Childhood is such a fleeting yet impossibly important time. Our whole adult response to life is determined in these few short years. Our behaviours and responses to people are learned and so ingrained in us that by the time we are adults, these responses are nigh impossible to change. 
As children we are impressionable little beings and take in everything around us as the norm. It’s not til we grow up and the rose coloured glasses have fallen that we look back on our childhood either with fondness and gratitude or with longing and regrets that it could have or should have been a different experience for us. 
The innocence of childhood seems to be dissipating much sooner with each generation. I’m trying my hardest to maintain this innocence for as long as possible because once it’s gone, it’s gone forever. It’s like that scene in the movie ‘Finding Neverland’. Mr Barrie is talking with the eldest boy at the theatre. He pauses in the conversation then tells him that at that moment he was no longer a child and had become a man. Just like that. Childhood is gone.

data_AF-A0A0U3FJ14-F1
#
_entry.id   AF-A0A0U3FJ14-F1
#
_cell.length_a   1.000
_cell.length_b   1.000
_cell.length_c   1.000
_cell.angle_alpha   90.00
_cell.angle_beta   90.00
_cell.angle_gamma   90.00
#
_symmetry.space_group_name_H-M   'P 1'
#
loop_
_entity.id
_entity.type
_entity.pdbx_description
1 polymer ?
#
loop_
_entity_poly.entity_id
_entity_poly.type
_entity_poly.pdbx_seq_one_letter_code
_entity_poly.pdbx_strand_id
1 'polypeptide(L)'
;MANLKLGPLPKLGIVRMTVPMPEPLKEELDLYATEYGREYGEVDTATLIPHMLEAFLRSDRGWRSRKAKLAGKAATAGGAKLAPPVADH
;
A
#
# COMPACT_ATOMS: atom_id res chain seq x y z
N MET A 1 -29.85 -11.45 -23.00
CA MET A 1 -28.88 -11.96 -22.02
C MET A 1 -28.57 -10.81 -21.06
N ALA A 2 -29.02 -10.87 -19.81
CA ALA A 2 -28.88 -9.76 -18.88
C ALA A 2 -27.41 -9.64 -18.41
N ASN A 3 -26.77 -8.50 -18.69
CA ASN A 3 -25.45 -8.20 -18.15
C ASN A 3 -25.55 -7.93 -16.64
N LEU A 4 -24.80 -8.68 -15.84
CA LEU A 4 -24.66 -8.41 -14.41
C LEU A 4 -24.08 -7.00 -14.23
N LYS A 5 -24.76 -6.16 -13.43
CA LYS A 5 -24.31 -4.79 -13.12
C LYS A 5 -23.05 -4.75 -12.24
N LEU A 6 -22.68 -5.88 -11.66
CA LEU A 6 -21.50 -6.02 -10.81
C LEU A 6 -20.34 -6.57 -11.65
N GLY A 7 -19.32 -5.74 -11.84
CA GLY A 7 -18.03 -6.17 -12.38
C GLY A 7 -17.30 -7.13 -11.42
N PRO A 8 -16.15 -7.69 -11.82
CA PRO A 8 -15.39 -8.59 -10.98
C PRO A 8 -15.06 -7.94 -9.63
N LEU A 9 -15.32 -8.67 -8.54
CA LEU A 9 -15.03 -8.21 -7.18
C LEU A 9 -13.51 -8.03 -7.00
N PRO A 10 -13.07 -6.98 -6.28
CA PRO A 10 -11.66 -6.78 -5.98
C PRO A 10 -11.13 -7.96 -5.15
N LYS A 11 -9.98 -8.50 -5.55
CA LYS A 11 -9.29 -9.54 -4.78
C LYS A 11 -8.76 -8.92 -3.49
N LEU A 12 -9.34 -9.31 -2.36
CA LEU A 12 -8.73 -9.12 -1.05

I always find that scene emotional as childhood is special and magical and so frighteningly short. The imagination of a child is such an amazing thing. Do you remember thinking that if you believed hard enough that some things could really happen? I can remember planting a lollipop stick in the ground and fully believing a lollipop tree would grow. Or the wonderful magic of Christmas time and almost seeing Santa on the rooftops on Christmas Eve. 
We need to protect our young’uns and keep their innocence for as long as possible, while still being realistic about their world around them. Death, war, losing, unfairness. These are inevitable and children can be exposed to these in age appropriate ways. 
Now go and plant a lollipop stick. You never know what may happen!!